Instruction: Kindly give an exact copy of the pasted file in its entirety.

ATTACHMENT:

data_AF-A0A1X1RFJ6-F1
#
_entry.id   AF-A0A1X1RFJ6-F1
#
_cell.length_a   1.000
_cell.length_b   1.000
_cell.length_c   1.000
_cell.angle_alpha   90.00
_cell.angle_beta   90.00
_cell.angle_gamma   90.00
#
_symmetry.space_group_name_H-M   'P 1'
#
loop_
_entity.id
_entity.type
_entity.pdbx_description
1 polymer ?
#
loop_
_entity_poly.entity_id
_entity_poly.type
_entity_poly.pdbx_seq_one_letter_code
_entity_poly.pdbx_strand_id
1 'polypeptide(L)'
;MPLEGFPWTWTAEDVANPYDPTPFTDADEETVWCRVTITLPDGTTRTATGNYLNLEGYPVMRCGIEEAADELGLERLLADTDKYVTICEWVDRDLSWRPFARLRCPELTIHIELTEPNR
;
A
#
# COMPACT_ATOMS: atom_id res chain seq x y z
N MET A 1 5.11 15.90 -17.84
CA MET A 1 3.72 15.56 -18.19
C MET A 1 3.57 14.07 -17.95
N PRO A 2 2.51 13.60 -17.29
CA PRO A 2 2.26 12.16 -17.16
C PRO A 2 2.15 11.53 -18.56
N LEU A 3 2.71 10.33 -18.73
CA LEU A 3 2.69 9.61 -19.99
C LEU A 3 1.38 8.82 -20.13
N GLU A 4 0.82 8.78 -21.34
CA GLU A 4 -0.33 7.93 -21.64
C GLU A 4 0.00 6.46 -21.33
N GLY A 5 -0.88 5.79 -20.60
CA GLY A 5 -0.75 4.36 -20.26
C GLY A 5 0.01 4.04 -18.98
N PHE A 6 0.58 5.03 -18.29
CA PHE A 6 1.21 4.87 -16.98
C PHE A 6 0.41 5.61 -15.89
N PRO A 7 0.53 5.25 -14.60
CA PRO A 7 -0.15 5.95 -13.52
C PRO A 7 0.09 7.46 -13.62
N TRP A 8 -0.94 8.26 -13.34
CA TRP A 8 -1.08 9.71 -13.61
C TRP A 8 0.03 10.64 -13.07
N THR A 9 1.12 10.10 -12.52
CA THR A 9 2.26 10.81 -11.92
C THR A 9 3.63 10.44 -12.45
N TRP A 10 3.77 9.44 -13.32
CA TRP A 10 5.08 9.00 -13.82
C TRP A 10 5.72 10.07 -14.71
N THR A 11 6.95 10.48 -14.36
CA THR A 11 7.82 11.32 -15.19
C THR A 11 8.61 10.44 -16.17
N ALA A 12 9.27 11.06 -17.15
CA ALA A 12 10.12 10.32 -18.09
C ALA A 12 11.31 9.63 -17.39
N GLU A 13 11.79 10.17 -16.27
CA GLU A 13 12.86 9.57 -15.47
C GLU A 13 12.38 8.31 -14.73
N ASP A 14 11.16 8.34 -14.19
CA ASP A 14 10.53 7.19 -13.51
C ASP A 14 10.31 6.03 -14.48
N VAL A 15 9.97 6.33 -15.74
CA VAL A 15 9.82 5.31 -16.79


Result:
data_AF-A0A1X1RFJ6-F1
#
_entry.id   AF-A0A1X1RFJ6-F1
#
_cell.length_a   1.000
_cell.length_b   1.000
_cell.length_c   1.000
_cell.angle_alpha   90.00
_cell.angle_beta   90.00
_cell.angle_gamma   90.00
#
_symmetry.space_group_name_H-M   'P 1'
#
loop_
_entity.id
_entity.type
_entity.pdbx_description
1 polymer ?
#
loop_
_entity_poly.entity_id
_entity_poly.type
_entity_poly.pdbx_seq_one_letter_code
_entity_poly.pdbx_strand_id
1 'polypeptide(L)'
;MPLEGFPWTWTAEDVANPYDPTPFTDADEETVWCRVTITLPDGTTRTATGNYLNLEGYPVMRCGIEEAADELGLERLLADTDKYVTICEWVDRDLSWRPFARLRCPELTIHIELTEPNR
;
A
#
# COMPACT_ATOMS: atom_id res chain seq x y z
N MET A 1 5.11 15.90 -17.84
CA MET A 1 3.72 15.56 -18.19
C MET A 1 3.57 14.07 -17.95
N PRO A 2 2.51 13.60 -17.29
CA PRO A 2 2.26 12.16 -17.16
C PRO A 2 2.15 11.53 -18.56
N LEU A 3 2.71 10.33 -18.73
CA LEU A 3 2.69 9.61 -19.99
C LEU A 3 1.38 8.82 -20.13
N GLU A 4 0.82 8.78 -21.34
CA GLU A 4 -0.33 7.93 -21.64
C GLU A 4 0.00 6.46 -21.33
N GLY A 5 -0.88 5.79 -20.60
CA GLY A 5 -0.75 4.36 -20.26
C GLY A 5 0.01 4.04 -18.98
N PHE A 6 0.58 5.03 -18.29
CA PHE A 6 1.21 4.87 -16.98
C PHE A 6 0.41 5.61 -15.89
N PRO A 7 0.53 5.25 -14.60
CA PRO A 7 -0.15 5.95 -13.52
C PRO A 7 0.09 7.46 -13.62
N TRP A 8 -0.94 8.26 -13.34
CA TRP A 8 -1.08 9.71 -13.61
C TRP A 8 0.03 10.64 -13.07
N THR A 9 1.12 10.10 -12.52
CA THR A 9 2.26 10.81 -11.92
C THR A 9 3.63 10.44 -12.45
N TRP A 10 3.77 9.44 -13.32
CA TRP A 10 5.08 9.00 -13.82
C TRP A 10 5.72 10.07 -14.71
N THR A 11 6.95 10.48 -14.36
CA THR A 11 7.82 11.32 -15.19
C THR A 11 8.61 10.44 -16.17
N ALA A 12 9.27 11.06 -17.15
CA ALA A 12 10.12 10.32 -18.09
C ALA A 12 11.31 9.63 -17.39
N GLU A 13 11.79 10.17 -16.27
CA GLU A 13 12.86 9.57 -15.47
C GLU A 13 12.38 8.31 -14.73
N ASP A 14 11.16 8.34 -14.19
CA ASP A 14 10.53 7.19 -13.51
C ASP A 14 10.31 6.03 -14.48
N VAL A 15 9.97 6.33 -15.74
CA VAL A 15 9.82 5.31 -16.79